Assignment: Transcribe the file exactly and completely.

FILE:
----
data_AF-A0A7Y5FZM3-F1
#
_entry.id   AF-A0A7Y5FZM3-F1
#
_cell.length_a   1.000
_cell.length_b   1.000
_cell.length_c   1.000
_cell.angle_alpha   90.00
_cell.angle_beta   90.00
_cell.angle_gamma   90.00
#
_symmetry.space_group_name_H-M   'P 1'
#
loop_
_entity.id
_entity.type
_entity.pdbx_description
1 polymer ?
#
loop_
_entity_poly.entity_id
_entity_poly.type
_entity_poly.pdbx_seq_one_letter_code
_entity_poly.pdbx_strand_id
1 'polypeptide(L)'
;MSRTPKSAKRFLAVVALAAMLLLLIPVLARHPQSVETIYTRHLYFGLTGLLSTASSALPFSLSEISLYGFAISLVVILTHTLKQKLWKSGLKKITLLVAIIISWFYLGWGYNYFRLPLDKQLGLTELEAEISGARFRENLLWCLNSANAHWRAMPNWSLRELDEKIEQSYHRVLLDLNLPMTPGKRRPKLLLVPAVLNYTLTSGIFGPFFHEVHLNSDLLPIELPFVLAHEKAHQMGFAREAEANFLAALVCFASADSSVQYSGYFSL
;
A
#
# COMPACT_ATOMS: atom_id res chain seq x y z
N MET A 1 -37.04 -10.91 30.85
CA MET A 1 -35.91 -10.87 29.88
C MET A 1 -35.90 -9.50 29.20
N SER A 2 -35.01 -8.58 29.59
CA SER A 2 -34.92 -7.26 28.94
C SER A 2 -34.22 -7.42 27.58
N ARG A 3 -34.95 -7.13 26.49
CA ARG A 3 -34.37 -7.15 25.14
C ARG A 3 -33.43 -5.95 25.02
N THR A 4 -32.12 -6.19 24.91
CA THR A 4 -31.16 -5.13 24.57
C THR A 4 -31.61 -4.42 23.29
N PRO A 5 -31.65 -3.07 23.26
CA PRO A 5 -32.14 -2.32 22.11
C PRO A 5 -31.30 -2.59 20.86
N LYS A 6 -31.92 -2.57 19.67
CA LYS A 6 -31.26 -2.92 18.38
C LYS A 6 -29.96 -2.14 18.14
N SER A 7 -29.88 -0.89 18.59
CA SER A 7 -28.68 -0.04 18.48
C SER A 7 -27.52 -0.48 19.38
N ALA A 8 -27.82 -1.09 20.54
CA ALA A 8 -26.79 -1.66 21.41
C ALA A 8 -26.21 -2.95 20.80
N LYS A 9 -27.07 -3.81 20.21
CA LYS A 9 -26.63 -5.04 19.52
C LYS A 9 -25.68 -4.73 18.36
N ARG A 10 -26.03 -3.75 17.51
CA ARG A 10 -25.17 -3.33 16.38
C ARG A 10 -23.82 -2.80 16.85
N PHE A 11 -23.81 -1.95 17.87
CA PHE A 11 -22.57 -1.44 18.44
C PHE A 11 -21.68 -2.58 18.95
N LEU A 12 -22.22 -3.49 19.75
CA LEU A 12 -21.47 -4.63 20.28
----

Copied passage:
data_AF-A0A7Y5FZM3-F1
#
_entry.id   AF-A0A7Y5FZM3-F1
#
_cell.length_a   1.000
_cell.length_b   1.000
_cell.length_c   1.000
_cell.angle_alpha   90.00
_cell.angle_beta   90.00
_cell.angle_gamma   90.00
#
_symmetry.space_group_name_H-M   'P 1'
#
loop_
_entity.id
_entity.type
_entity.pdbx_description
1 polymer ?
#
loop_
_entity_poly.entity_id
_entity_poly.type
_entity_poly.pdbx_seq_one_letter_code
_entity_poly.pdbx_strand_id
1 'polypeptide(L)'
;MSRTPKSAKRFLAVVALAAMLLLLIPVLARHPQSVETIYTRHLYFGLTGLLSTASSALPFSLSEISLYGFAISLVVILTHTLKQKLWKSGLKKITLLVAIIISWFYLGWGYNYFRLPLDKQLGLTELEAEISGARFRENLLWCLNSANAHWRAMPNWSLRELDEKIEQSYHRVLLDLNLPMTPGKRRPKLLLVPAVLNYTLTSGIFGPFFHEVHLNSDLLPIELPFVLAHEKAHQMGFAREAEANFLAALVCFASADSSVQYSGYFSL
;
A
#
# COMPACT_ATOMS: atom_id res chain seq x y z
N MET A 1 -37.04 -10.91 30.85
CA MET A 1 -35.91 -10.87 29.88
C MET A 1 -35.90 -9.50 29.20
N SER A 2 -35.01 -8.58 29.59
CA SER A 2 -34.92 -7.26 28.94
C SER A 2 -34.22 -7.42 27.58
N ARG A 3 -34.95 -7.13 26.49
CA ARG A 3 -34.37 -7.15 25.14
C ARG A 3 -33.43 -5.95 25.02
N THR A 4 -32.12 -6.19 24.91
CA THR A 4 -31.16 -5.13 24.57
C THR A 4 -31.61 -4.42 23.29
N PRO A 5 -31.65 -3.07 23.26
CA PRO A 5 -32.14 -2.32 22.11
C PRO A 5 -31.30 -2.59 20.86
N LYS A 6 -31.92 -2.57 19.67
CA LYS A 6 -31.26 -2.92 18.38
C LYS A 6 -29.96 -2.14 18.14
N SER A 7 -29.88 -0.89 18.59
CA SER A 7 -28.68 -0.04 18.48
C SER A 7 -27.52 -0.48 19.38
N ALA A 8 -27.82 -1.09 20.54
CA ALA A 8 -26.79 -1.66 21.41
C ALA A 8 -26.21 -2.95 20.80
N LYS A 9 -27.07 -3.81 20.21
CA LYS A 9 -26.63 -5.04 19.52
C LYS A 9 -25.68 -4.73 18.36
N ARG A 10 -26.03 -3.75 17.51
CA ARG A 10 -25.17 -3.33 16.38
C ARG A 10 -23.82 -2.80 16.85
N PHE A 11 -23.81 -1.95 17.87
CA PHE A 11 -22.57 -1.44 18.44
C PHE A 11 -21.68 -2.58 18.95
N LEU A 12 -22.22 -3.49 19.75
CA LEU A 12 -21.47 -4.63 20.28